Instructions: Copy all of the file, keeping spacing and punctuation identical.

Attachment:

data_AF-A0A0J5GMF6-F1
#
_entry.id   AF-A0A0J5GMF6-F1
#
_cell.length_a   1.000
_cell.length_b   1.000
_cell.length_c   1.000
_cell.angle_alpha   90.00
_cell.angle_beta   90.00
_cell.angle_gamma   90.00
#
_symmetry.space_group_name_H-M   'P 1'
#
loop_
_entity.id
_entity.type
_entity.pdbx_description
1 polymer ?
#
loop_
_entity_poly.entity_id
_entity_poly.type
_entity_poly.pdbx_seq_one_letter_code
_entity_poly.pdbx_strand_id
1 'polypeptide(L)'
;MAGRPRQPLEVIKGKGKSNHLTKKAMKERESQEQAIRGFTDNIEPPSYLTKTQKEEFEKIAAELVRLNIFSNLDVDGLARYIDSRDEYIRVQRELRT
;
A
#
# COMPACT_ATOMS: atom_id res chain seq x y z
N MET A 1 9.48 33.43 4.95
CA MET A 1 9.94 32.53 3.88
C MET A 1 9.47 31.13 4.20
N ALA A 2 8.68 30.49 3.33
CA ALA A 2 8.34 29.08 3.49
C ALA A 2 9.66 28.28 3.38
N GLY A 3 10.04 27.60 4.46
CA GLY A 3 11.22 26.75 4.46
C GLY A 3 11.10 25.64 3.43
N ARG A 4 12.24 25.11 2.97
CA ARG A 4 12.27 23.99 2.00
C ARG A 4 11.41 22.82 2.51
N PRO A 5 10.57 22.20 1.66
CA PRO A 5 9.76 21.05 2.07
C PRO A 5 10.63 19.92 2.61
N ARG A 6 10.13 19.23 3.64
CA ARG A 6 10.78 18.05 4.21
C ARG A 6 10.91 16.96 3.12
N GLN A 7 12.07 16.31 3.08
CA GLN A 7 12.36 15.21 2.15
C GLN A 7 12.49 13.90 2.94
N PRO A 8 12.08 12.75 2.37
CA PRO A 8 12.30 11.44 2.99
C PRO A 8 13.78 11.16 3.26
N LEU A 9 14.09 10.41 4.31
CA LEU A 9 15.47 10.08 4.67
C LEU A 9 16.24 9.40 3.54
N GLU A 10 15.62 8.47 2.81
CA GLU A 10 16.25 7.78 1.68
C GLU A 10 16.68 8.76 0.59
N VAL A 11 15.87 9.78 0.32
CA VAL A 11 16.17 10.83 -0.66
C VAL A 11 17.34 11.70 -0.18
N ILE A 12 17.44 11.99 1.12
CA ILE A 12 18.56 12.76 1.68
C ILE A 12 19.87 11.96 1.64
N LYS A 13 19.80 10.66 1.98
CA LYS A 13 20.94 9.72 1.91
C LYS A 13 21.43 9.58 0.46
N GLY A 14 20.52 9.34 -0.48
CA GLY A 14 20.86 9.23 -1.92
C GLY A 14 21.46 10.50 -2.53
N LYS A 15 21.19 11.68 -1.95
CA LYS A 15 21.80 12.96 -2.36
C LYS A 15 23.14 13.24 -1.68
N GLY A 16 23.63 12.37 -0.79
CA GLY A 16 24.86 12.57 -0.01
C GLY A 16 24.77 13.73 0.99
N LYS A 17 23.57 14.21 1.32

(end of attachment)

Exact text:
data_AF-A0A0J5GMF6-F1
#
_entry.id   AF-A0A0J5GMF6-F1
#
_cell.length_a   1.000
_cell.length_b   1.000
_cell.length_c   1.000
_cell.angle_alpha   90.00
_cell.angle_beta   90.00
_cell.angle_gamma   90.00
#
_symmetry.space_group_name_H-M   'P 1'
#
loop_
_entity.id
_entity.type
_entity.pdbx_description
1 polymer ?
#
loop_
_entity_poly.entity_id
_entity_poly.type
_entity_poly.pdbx_seq_one_letter_code
_entity_poly.pdbx_strand_id
1 'polypeptide(L)'
;MAGRPRQPLEVIKGKGKSNHLTKKAMKERESQEQAIRGFTDNIEPPSYLTKTQKEEFEKIAAELVRLNIFSNLDVDGLARYIDSRDEYIRVQRELRT
;
A
#
# COMPACT_ATOMS: atom_id res chain seq x y z
N MET A 1 9.48 33.43 4.95
CA MET A 1 9.94 32.53 3.88
C MET A 1 9.47 31.13 4.20
N ALA A 2 8.68 30.49 3.33
CA ALA A 2 8.34 29.08 3.49
C ALA A 2 9.66 28.28 3.38
N GLY A 3 10.04 27.60 4.46
CA GLY A 3 11.22 26.75 4.46
C GLY A 3 11.10 25.64 3.43
N ARG A 4 12.24 25.11 2.97
CA ARG A 4 12.27 23.99 2.00
C ARG A 4 11.41 22.82 2.51
N PRO A 5 10.57 22.20 1.66
CA PRO A 5 9.76 21.05 2.07
C PRO A 5 10.63 19.92 2.61
N ARG A 6 10.13 19.23 3.64
CA ARG A 6 10.78 18.05 4.21
C ARG A 6 10.91 16.96 3.12
N GLN A 7 12.07 16.31 3.08
CA GLN A 7 12.36 15.21 2.15
C GLN A 7 12.49 13.90 2.94
N PRO A 8 12.08 12.75 2.37
CA PRO A 8 12.30 11.44 2.99
C PRO A 8 13.78 11.16 3.26
N LEU A 9 14.09 10.41 4.31
CA LEU A 9 15.47 10.08 4.67
C LEU A 9 16.24 9.40 3.54
N GLU A 10 15.62 8.47 2.81
CA GLU A 10 16.25 7.78 1.68
C GLU A 10 16.68 8.76 0.59
N VAL A 11 15.87 9.78 0.32
CA VAL A 11 16.17 10.83 -0.66
C VAL A 11 17.34 11.70 -0.18
N ILE A 12 17.44 11.99 1.12
CA ILE A 12 18.56 12.76 1.68
C ILE A 12 19.87 11.96 1.64
N LYS A 13 19.80 10.66 1.98
CA LYS A 13 20.94 9.72 1.91
C LYS A 13 21.43 9.58 0.46
N GLY A 14 20.52 9.34 -0.48
CA GLY A 14 20.86 9.23 -1.92
C GLY A 14 21.46 10.50 -2.53
N LYS A 15 21.19 11.68 -1.95
CA LYS A 15 21.80 12.96 -2.36
C LYS A 15 23.14 13.24 -1.68
N GLY A 16 23.63 12.37 -0.79
CA GLY A 16 24.86 12.57 -0.01
C GLY A 16 24.77 13.73 0.99
N LYS A 17 23.57 14.21 1.32